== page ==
REVIEW: Hot Wheels Elite Aston Martin DB10 •

REVIEW: Hot Wheels Elite Aston Martin DB10

I don’t think a detailed review was ever written about the Hot Wheels Elite Aston Martin DB10.  This is the car featured in the James Bond Spectre film.  There has been much said about its poor panel gaps and overall execution, mainly seen from various photos around the Internet.

Personally, I wasn’t a fan of the 007 series until Daniel Craig stepped into the role.  It seems prior to his involvement in the series the character, James Bond, was somewhat unbelievable, even laughable at times.  This all changed in the last three instalments.  The character now has purpose, soul and is more in touch with his human side.

Another staring role within the films is cars, specifically the Aston Martin.  My favourite and I think many would agree is the Aston Martin DB10, which is the focus of our review here today.

Out of the box, the DB10 looks sexy and smart.  The paint application is very good from front to rear.  Bodylines are solid and represent the original well.  So far so good!  It’s when you peel back the layers the model starts to show its dark side.  As mentioned, the overall lines are solid.  One issue is the rear formation of two roof lines.  The tail is lacking definition and refinement.

All the Black trim elements should have been completed in semi-gloss carbon fibre.  What Hot Wheels released is a Matt Black in appearance.  I could understand an opening price point model cutting corners, but this model tips the scale at almost $200CND, and this with it being on sale!  Unfortunately, the worst is far from over…  Panel gaps on the doors and rear hatch are very poor for the price point.  And I believe I have a half-decent one.  I’ve seen examples where the gaps are even larger!

The front of DB10 does have some good qualities.  I appreciate the 3D like the Aston Martin badge.  The multi-dot pattern on the hood is executed extremely well.  It is definitely tough to determine if this is applied to a decal or drilled holes.  Lastly, headlight detail is somewhat lacking and dual wiper blades look cheap in comparison with the rest of the model’s exterior.

If I forgot to mention this replica of the Hot Wheels Elite DB10 is completed in diecast metal with opening parts, so that means a rare look at the heart of the beast.

Another cool element of the DB10 is the front sweeping hood.  The operation here is flawless and quite responsive.  As for the motor, the detail and overall definition are decent.  Hot Wheels Elite uses a combination of layered parts with colours and textures.  As for accuracy, I could not find a suitable photo to compare.  Your thoughts?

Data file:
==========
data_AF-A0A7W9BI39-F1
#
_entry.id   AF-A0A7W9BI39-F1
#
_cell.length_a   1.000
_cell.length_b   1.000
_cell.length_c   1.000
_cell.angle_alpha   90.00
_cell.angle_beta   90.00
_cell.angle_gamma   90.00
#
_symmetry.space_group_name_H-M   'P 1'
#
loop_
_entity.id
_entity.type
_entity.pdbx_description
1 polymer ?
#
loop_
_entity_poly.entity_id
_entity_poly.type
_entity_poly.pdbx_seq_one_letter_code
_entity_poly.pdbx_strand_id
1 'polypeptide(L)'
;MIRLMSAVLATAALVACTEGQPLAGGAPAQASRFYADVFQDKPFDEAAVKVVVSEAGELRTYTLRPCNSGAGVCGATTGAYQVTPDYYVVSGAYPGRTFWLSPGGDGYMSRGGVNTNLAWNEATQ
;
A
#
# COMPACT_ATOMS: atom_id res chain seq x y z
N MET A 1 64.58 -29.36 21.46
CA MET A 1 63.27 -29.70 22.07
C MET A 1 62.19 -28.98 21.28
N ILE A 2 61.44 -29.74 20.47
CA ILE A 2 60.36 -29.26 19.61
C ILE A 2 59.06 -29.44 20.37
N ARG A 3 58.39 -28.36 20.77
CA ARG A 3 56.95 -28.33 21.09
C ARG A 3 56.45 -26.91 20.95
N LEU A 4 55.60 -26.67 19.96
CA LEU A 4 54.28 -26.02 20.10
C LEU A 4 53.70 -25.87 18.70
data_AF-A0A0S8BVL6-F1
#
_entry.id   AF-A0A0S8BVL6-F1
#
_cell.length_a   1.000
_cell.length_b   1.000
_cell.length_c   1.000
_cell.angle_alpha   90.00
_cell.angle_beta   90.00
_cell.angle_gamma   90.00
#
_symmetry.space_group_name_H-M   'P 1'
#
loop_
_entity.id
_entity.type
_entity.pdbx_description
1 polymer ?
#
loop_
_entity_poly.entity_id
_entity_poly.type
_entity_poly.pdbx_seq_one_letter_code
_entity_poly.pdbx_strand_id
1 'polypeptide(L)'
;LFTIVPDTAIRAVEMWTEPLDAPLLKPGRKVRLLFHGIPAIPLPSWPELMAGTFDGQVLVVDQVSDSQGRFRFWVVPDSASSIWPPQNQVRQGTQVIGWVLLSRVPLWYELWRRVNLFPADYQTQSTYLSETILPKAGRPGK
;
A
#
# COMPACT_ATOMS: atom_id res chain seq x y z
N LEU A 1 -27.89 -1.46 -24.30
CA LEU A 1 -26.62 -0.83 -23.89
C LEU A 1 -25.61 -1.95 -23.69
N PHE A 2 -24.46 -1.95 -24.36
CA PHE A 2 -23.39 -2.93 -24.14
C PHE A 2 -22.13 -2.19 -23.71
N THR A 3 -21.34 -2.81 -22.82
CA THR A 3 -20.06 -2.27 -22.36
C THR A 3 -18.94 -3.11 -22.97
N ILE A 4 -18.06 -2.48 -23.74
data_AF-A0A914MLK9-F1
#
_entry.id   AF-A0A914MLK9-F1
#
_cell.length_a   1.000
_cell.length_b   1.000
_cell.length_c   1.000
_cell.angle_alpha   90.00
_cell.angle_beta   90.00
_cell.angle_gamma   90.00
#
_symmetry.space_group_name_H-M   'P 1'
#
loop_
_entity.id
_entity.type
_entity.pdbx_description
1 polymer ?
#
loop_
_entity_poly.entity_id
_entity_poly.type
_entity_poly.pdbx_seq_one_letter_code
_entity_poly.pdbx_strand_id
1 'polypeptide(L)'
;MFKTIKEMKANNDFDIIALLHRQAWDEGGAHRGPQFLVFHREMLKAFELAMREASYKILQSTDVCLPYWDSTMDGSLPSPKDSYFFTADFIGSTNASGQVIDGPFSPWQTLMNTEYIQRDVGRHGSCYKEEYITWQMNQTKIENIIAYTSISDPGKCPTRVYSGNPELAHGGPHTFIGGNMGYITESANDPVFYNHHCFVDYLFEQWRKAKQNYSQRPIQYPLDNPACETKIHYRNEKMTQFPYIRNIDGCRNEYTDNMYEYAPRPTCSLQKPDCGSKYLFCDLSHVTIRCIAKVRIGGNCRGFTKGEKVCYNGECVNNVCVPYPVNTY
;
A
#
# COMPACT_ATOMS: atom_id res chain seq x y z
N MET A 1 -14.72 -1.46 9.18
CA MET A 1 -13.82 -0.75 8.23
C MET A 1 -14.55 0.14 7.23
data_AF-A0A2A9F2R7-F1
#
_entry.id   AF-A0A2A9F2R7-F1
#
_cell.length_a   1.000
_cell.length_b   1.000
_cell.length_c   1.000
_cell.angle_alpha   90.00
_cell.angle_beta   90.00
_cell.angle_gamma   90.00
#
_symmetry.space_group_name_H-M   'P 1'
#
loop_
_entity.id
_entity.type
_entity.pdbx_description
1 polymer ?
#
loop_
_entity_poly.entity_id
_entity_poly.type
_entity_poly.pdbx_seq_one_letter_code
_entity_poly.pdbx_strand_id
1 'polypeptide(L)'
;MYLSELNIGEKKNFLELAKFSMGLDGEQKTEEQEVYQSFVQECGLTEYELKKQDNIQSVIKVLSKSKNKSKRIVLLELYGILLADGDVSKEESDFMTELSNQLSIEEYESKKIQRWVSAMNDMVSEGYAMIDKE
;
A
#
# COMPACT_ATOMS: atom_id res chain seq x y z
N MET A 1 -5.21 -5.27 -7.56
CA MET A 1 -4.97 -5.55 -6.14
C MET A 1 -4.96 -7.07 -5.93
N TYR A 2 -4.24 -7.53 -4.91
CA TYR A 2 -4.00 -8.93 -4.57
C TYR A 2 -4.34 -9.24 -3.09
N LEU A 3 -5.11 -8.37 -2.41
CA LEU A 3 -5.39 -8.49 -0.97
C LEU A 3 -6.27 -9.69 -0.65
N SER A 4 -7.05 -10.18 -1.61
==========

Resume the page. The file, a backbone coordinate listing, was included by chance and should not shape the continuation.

Underneath the model provides some insight into the motor and transmission.  Exhaust workings and rear differential are nicely defined too.

The rear is dominated by the lower diffuser/bumper.  As mentioned earlier, the material here should have been executed in semi-gloss carbon fibre, what we have is a Matt Black finish.  Access to the rear storage is accessible.  Massive dog-leg hinges aid in the operation of such a small piece of metal.  The Interior of the storage area is completed in plastic.  This should have been trimmed in flocking at this price!

I love the wheels found on the DB10.  Hot Wheels Elite’s rendition is pretty damn good too.  The paint and wheel definition is on point.  This includes the rotors too.  Where the model slips are the colour of the calipers, they should be executed in gray with the Aston Martin logo, neither is nowhere to be found.  Each wheel freely spins and the fronts are steerable as well.

Inside the interior of the DB10 is overall underwhelming, though the team clearly defines each area the overall result is lacking and plastic in appearance. We’re missing colour and textures throughout.  Examples include stitching.  Yes, the actual stitch work is present but the White stitching is not.  Textures that should be present in the steering wheel are complete in gray plastic.  There is also no defined seatbelt or interior carpeting.

One of the trademarks in Bond cars is spy gadgets.  What is found here just to the left of the driver position on the upper dash is a three-switch device.  It definitely looks better than most of the other interior elements, but still falls slightly short in definition based on price.

The Hot Wheels Elite Aston Martin DB10 is a mixed bag of emotions.  On one hand, you have this awesome car and the sexy lines of the DB10.  On top of the gorgeous exterior, decent paint and wheels excel.  On the other side of the spectrum, you have a model that is almost toy-like in some regards. Unacceptable at this price.

I don’t know what the team was thinking.  This definitely isn’t Hot Wheels Elite at their prime with their classic Ferrari series.  What makes things more frustrating is the DB10 2-3 times more expensive than the better-equipped Ferrari counterparts.  Unless your collection revolves around the Aston Martin badge or you’re a massive fan of the James Bond series, I’m going to say this one is a pass.  Enjoy the pics!

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5 Responses to "REVIEW: Hot Wheels Elite Aston Martin DB10"

  1. John says:

    This model is about as true a statement that there is to the fact that the Elite line is dead, and Hot Wheels doesn’t really give a rat’s ass.

  2. kitefighter says:

    Excellent review and pictures. I’m glad you shared these pictures as this is a model I was interested in but was never going to add to my collection. Or maybe I will…

  3. Stephane Demers says:

    About the same for my elite F&F Charger… high price with high cutting corners… :/

  4. gawler says:

    better buy the bond version 1:64 scale….way more cheaper =p

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